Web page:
By Harry Osborne
Does character matter anymore? Do you care whether one tells the truth, exemplifies fidelity, avoids intoxication or exhibits other factors consistent with good character? Some polls in recent weeks have suggested that many are willing to excuse a President with significant character flaws because they discount the importance of character to leadership, especially when they think he brings them economic advantages. It seems to me that the same tendency may be seen throughout our society.
One need not think very hard to come up with several cases of esteemed athletes widely used in advertising and other ways who have been caught in various unlawful or unethical actions. The defense of their continued use is that the athletes are not intended to be role models in character, even though they are taken as such by many young people. When disciplinary action is taken against offenders, it rarely amounts to more than a slap on the wrist.
This disregard of character is sometimes taught at an early age. Have you seen coaches of young children seek to win even if it meant cheating? It is a sad fact that youth sports are being marred by adults who bring foul language and alcohol usage into the presence of children. Is that a proper influence regarding character to be placed before our children or does such matter to us?
The same questions could be asked about the effect of teachers, governmental officials and others who have influence in our society. If their character is flawed, can they be trusted to lead in their given areas? The Bible declares that character issues should be carefully viewed and that one without good character should not be trusted for leadership. For example, notice these statements of Scripture about the importance of good character in leaders.
Regarding the need for righteousness — “It is abomination for kings to commit wickedness, for a throne is established by righteousness. Righteous lips are the delight of kings, and they love him who speaks what is right” (Prov. 16:12-13).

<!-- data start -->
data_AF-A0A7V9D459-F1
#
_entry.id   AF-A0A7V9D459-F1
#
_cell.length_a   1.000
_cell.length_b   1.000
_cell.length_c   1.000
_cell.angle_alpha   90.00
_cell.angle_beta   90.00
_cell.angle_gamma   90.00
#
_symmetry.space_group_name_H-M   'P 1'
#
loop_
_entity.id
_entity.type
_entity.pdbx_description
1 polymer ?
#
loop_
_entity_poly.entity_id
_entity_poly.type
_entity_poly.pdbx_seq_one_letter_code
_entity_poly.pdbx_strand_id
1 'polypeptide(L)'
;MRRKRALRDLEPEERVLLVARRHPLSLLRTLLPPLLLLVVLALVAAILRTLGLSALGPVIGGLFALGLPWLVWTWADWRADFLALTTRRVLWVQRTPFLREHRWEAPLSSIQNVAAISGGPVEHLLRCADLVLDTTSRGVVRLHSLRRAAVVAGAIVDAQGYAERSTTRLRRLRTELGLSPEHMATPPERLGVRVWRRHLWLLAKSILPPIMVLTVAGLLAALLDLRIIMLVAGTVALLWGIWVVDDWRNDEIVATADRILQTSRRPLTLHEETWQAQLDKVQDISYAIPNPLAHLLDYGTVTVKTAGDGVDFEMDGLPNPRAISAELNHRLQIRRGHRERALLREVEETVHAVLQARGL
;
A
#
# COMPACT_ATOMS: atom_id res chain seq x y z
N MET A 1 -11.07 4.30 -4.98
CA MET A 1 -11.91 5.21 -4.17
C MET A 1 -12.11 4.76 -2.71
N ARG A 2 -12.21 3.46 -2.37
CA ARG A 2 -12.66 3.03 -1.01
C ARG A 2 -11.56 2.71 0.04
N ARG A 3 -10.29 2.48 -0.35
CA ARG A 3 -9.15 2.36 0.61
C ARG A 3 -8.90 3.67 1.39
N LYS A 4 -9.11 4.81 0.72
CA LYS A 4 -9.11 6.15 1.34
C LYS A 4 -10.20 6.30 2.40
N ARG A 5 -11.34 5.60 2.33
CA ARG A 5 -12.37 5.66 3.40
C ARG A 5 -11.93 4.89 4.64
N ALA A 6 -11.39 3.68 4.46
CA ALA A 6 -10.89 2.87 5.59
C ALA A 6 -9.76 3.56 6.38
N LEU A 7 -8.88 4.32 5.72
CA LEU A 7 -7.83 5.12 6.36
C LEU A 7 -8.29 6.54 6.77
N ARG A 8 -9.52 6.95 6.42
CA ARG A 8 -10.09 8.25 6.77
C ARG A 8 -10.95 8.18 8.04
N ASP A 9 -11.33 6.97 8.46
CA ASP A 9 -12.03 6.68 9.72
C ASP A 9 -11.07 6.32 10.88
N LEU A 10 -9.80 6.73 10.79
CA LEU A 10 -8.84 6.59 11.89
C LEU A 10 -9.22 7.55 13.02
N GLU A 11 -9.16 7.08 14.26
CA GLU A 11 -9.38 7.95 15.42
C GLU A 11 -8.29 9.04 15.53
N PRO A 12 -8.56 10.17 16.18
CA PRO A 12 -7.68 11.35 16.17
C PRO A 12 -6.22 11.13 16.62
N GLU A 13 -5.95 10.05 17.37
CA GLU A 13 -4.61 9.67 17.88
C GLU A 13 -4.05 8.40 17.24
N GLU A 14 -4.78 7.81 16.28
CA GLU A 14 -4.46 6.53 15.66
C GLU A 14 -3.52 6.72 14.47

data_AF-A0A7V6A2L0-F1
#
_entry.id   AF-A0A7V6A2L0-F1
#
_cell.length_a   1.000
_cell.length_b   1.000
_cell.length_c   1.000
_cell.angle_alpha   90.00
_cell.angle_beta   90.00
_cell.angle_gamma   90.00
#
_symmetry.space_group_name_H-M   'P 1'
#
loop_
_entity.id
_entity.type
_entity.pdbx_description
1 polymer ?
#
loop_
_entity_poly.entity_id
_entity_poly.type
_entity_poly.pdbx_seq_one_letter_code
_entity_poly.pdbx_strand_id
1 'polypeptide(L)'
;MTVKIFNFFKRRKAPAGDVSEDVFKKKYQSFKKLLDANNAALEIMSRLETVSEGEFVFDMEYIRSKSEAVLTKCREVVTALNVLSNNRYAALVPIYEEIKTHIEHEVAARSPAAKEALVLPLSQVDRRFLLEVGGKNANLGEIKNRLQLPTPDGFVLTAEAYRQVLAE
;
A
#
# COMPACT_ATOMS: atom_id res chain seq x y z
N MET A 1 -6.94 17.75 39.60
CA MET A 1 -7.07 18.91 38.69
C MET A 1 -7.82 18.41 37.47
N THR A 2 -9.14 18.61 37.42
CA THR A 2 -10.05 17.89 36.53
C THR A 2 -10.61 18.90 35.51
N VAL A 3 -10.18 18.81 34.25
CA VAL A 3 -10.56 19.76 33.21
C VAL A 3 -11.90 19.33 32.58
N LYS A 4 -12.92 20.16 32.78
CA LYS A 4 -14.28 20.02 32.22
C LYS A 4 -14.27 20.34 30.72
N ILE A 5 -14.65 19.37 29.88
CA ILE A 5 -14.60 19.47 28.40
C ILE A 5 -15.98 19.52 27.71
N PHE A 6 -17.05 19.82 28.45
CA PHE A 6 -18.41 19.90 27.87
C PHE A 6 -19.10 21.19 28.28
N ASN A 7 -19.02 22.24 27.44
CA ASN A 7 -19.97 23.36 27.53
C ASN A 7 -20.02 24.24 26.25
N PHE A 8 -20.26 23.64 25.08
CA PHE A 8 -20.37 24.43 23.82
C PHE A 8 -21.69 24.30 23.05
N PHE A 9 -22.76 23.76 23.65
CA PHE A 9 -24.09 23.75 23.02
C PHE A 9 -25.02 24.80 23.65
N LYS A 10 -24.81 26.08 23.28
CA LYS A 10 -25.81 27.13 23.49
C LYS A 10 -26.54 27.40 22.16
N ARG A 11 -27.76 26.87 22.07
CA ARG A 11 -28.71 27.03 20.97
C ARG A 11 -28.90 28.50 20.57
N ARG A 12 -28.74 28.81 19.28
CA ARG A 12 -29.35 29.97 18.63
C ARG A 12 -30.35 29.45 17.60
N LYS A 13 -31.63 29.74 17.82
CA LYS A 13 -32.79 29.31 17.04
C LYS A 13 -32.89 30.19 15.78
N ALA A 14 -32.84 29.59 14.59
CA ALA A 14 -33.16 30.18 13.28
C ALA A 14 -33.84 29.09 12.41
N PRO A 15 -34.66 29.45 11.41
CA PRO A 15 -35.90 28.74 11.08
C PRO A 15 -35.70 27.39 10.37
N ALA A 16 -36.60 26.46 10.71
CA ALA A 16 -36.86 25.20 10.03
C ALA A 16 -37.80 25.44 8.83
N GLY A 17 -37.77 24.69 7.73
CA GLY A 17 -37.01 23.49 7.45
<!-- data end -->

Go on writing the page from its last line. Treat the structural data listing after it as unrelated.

Regarding the need to speak the truth — “Excellent speech is not becoming to a fool, much less lying lips to a prince” (Prov. 17:7). “The truthful lip shall be established forever, but a lying tongue is but for a moment” (Prov.
Regarding the need to shun promiscuity — “Do not give your strength to women, nor your ways to that which destroys kings” (Prov. 31:3). “Whoever commits adultery with a woman lacks understanding; he who does so destroys his own soul. Wounds and dishonor he will get, and his reproach will not be wiped away” (Prov. 6:32-33).
Regarding the need to avoid intoxicants — “It is not for kings to drink wine, nor for princes to seek intoxicating drink; lest they drink and forget the law, and pervert the justice of all the afflicted” (Prov. 31:4-5).
If the need for character was seen by those guided by God’s inspiration, why is our society increasingly showing disregard for the importance of character? If a man’s words cannot be trusted, how can his leadership? If a man’s words are filled with fifth, why should we expect anything different with his actions? If he is given to drugs and alcohol, how can we be confident in his sobriety at times when wise judgment is needed?
Character does matter! In fact, one’s character is the best gauge we have by which to judge one’s fitness for leadership. If we disregard flaws in one’s character and put him or her in a place of leadership over our children or our country, we are inviting disaster upon ourselves. God has always blessed righteousness and punished evil. Remember Sodom and Gomorrah?